Camacho: The idea [for the “Vogue” performance] came about during a game of charades. During the last days of the tour, we were in the South of France, in Nice, and one of the charades was Dangerous Liaisons. I was sitting next to her, and Madonna goes, “You know, that’s very ‘Vogue.’ ”
Gutierez: For the choreography, I was trying to basically keep the same stuff that was in the chorus section [of the video]. Everyone remembers those counts of eight from the chorus. Voguing is very arrogant and very aristocratic with all this attitude, so I think the theme and the costumes made us emulate it even more.
Camacho: The only thing that had us a little nervous were the fans the women [dancers] had. At one point in the choreography, they flipped the fans in the air, and they’re supposed to catch them. At almost every rehearsal, somebody would drop the fan.
Gutierez: Janet Jackson’s dancers also were performing that night, and there was always this Janet and Madonna competition throughout the years. Janet opened the show with “Black Cat” and we were closing the show, so we got to see them go on first. We were so amped because we were like, “Oh my God, they sucked! They were so bad!” We were like, “Oh, it’s in the bag!”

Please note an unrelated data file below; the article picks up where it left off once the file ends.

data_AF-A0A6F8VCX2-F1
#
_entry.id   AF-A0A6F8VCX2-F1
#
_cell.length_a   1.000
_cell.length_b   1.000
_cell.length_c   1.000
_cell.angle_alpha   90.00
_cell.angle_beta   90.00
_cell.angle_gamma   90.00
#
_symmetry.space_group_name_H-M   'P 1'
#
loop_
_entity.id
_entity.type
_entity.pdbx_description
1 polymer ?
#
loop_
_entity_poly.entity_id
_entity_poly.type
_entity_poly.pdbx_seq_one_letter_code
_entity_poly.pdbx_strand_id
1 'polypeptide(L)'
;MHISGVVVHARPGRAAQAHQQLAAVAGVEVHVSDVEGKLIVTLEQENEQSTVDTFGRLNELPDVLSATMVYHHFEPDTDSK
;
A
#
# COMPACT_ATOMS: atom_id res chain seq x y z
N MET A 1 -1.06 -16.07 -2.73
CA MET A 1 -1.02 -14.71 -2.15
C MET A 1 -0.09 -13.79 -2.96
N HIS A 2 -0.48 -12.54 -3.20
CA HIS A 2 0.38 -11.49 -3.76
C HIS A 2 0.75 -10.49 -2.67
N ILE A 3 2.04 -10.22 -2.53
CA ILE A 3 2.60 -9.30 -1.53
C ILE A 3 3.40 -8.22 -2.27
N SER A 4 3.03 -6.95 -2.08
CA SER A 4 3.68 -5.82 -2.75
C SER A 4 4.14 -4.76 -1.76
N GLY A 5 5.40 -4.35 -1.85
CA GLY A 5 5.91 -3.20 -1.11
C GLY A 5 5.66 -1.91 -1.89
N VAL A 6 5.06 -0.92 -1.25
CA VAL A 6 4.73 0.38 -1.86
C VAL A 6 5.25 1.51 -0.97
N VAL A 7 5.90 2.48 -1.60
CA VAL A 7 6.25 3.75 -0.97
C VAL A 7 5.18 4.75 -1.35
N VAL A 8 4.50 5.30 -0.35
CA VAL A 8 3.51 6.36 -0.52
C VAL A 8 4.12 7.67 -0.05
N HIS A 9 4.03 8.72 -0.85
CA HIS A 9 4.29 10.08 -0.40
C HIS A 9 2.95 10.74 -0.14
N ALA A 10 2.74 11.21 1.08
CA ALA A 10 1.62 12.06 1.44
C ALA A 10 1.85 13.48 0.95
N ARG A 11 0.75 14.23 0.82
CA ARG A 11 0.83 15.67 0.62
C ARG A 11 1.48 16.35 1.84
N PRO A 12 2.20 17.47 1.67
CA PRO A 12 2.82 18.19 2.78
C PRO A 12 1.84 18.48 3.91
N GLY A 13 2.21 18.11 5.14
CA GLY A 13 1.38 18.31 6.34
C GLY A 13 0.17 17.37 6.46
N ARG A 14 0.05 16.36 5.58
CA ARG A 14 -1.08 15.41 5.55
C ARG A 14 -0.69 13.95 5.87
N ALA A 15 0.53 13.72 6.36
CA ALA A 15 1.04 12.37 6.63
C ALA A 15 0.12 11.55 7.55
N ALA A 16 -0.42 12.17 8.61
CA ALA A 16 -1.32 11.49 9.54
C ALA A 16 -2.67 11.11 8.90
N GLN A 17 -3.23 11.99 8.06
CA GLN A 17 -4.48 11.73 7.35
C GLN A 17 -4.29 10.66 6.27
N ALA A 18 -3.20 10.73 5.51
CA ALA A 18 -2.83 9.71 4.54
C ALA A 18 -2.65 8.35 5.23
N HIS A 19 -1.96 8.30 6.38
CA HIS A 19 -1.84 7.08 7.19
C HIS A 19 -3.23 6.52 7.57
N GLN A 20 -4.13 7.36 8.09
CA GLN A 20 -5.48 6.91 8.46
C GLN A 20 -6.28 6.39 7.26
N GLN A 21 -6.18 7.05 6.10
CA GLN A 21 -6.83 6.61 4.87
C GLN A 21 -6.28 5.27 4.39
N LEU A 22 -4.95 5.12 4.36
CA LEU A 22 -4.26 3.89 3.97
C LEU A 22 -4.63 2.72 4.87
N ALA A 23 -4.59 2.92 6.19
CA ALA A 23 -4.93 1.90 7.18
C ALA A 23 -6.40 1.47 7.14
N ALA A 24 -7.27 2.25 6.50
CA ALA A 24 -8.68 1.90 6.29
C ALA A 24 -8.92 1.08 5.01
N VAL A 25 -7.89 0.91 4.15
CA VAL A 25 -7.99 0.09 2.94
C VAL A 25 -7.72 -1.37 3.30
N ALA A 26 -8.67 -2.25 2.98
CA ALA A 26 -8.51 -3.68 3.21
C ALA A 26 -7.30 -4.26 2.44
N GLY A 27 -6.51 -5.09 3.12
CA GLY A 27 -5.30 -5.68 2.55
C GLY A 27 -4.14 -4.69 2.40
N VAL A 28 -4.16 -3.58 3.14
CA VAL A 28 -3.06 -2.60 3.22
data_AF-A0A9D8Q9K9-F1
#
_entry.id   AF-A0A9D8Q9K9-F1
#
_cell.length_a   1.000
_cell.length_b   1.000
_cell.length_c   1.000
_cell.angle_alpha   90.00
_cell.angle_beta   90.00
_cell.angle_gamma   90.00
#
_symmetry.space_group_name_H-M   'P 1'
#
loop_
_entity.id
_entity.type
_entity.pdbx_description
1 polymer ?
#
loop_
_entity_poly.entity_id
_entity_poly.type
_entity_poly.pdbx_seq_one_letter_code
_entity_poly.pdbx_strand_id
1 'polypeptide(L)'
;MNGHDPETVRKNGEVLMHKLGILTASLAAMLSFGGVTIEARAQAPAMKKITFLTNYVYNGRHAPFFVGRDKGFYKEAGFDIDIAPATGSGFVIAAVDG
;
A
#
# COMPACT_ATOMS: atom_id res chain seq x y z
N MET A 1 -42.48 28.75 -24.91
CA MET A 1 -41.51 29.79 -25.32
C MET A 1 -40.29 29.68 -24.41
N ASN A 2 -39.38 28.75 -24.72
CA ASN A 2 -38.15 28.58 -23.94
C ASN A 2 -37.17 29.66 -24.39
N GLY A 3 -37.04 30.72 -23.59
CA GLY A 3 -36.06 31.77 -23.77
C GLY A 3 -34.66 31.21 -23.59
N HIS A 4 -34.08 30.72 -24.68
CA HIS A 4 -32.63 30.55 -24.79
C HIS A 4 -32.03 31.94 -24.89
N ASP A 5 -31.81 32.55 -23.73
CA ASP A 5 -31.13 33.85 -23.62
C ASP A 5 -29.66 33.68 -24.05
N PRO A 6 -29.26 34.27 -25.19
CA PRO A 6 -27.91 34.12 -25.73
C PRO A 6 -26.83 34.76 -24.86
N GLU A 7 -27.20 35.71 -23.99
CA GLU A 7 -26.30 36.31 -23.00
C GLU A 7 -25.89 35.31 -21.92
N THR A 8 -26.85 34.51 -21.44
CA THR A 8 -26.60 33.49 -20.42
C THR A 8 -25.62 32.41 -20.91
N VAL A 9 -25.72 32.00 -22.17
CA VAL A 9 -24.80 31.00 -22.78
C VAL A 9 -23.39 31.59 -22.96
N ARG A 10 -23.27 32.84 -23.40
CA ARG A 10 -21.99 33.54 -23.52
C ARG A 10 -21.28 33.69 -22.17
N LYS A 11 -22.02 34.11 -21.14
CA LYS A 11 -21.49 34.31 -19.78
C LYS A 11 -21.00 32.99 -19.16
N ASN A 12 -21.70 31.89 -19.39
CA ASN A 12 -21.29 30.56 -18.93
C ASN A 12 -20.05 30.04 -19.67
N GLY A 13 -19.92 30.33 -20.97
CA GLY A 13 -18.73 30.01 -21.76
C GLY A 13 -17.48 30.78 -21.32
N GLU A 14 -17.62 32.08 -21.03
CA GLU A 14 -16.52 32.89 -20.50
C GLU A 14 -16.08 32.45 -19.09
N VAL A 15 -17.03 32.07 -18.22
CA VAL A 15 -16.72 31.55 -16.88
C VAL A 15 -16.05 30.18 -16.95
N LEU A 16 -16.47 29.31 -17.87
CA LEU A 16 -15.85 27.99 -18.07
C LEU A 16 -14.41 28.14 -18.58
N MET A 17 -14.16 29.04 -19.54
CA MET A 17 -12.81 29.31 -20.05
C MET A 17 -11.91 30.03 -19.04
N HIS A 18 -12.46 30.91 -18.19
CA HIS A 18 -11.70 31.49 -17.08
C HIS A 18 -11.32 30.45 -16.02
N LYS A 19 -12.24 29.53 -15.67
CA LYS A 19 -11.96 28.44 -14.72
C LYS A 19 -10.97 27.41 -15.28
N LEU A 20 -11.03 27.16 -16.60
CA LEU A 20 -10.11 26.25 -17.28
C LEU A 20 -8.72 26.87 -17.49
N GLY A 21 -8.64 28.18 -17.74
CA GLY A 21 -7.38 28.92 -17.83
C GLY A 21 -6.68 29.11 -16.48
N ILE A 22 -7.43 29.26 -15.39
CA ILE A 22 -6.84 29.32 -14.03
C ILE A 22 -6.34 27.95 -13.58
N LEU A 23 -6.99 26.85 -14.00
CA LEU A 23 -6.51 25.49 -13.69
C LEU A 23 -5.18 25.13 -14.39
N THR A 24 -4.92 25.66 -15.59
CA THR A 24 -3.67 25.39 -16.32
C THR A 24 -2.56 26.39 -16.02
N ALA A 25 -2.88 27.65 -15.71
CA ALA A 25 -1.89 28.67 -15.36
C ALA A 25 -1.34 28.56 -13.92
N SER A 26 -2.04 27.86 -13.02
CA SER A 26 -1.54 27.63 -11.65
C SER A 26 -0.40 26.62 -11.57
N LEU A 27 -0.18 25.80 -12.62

Camacho: We were also up for an award that night for best choreography.
Gutierez: I really wanted to win, but I knew that we weren’t going to. Madonna told us, “Don’t get your hopes up, because it’s very political in these awards ceremonies. They’re not going to give it to two young kids from the Lower East Side.” I was like, “You don’t know that!”
Camacho: By the time we went to perform, we [hadn’t won]. Standing offstage, Jose and I felt like, “We are about to show you why we should have gotten that award.” We always did a prayer circle before we went on stage. Madonna was like, “Let’s go out there and give it to them! Let’s serve it up, ladies and gentlemen!”
Gutierez: You can see our energy. It’s that moment when the curtain goes up and we are there, and everyone in the crowd just rises to their feet. I was jumping out of my skin.
Camacho: And no one dropped a fan! After they all caught it, we all clapped and breathed a sigh of relief. It was a nail-biter.
Gutierez: Talking about it now is like reliving those moments of being on stage—it gives you this rush of wanting to be the best and wanting to leave such an impression. It’s crazy because 25 years later, people still remember. I still get recognized on the street from this job that I did 25 years ago, and it feels so good.